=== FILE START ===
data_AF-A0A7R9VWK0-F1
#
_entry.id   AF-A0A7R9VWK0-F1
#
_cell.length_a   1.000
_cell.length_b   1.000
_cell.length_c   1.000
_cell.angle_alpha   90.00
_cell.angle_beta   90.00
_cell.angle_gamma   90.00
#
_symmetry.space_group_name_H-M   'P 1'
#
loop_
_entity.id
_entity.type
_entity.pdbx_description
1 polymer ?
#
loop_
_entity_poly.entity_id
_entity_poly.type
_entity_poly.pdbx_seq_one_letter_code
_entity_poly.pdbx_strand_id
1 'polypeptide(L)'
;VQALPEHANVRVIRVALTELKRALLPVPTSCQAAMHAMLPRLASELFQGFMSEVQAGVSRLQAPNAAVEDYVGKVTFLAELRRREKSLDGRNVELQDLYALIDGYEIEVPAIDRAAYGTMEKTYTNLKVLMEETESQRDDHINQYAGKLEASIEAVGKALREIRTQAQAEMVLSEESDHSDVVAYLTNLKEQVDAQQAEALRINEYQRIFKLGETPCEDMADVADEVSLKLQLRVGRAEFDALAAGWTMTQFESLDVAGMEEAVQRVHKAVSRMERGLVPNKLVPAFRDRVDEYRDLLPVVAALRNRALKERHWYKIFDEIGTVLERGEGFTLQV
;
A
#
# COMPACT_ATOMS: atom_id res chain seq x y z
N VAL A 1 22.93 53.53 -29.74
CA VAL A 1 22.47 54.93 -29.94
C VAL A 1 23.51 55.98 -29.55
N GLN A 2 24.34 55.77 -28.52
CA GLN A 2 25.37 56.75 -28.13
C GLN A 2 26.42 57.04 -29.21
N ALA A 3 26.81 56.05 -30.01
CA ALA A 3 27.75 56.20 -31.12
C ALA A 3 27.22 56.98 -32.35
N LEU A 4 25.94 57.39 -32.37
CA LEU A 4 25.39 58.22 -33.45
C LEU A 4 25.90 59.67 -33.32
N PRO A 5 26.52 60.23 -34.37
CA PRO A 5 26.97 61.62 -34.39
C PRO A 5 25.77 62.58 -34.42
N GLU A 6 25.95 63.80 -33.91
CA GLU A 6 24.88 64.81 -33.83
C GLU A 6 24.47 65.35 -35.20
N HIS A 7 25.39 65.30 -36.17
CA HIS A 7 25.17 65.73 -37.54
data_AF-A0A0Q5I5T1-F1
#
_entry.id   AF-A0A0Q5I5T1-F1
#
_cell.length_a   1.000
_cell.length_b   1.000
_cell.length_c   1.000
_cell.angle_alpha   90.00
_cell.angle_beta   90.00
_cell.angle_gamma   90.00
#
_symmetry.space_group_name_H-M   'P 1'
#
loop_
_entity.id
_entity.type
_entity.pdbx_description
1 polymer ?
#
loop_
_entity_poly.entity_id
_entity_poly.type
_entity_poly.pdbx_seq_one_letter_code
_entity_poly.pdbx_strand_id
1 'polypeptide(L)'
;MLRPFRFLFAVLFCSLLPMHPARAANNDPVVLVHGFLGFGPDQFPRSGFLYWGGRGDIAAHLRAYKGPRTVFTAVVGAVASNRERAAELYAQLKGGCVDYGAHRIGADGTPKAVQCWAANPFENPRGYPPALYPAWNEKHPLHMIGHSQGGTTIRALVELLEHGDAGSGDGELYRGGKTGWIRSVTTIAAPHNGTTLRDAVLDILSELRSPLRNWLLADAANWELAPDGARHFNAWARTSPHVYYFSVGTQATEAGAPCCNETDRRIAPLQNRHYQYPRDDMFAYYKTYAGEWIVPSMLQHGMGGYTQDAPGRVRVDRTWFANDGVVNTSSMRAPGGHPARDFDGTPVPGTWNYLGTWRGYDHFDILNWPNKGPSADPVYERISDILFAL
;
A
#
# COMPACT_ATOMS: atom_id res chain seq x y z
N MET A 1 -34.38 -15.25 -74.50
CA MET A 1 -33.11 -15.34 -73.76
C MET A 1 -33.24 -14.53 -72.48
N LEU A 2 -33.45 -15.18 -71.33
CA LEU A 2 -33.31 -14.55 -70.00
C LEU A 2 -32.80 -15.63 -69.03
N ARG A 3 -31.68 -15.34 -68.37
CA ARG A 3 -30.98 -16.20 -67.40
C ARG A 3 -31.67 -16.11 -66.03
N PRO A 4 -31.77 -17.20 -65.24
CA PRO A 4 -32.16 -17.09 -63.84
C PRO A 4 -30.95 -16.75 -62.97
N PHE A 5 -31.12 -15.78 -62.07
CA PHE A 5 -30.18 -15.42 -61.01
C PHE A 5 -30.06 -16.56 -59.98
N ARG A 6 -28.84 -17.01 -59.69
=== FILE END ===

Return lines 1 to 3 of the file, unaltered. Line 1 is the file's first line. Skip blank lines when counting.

data_AF-A0A7R9VWK0-F1
#
_entry.id   AF-A0A7R9VWK0-F1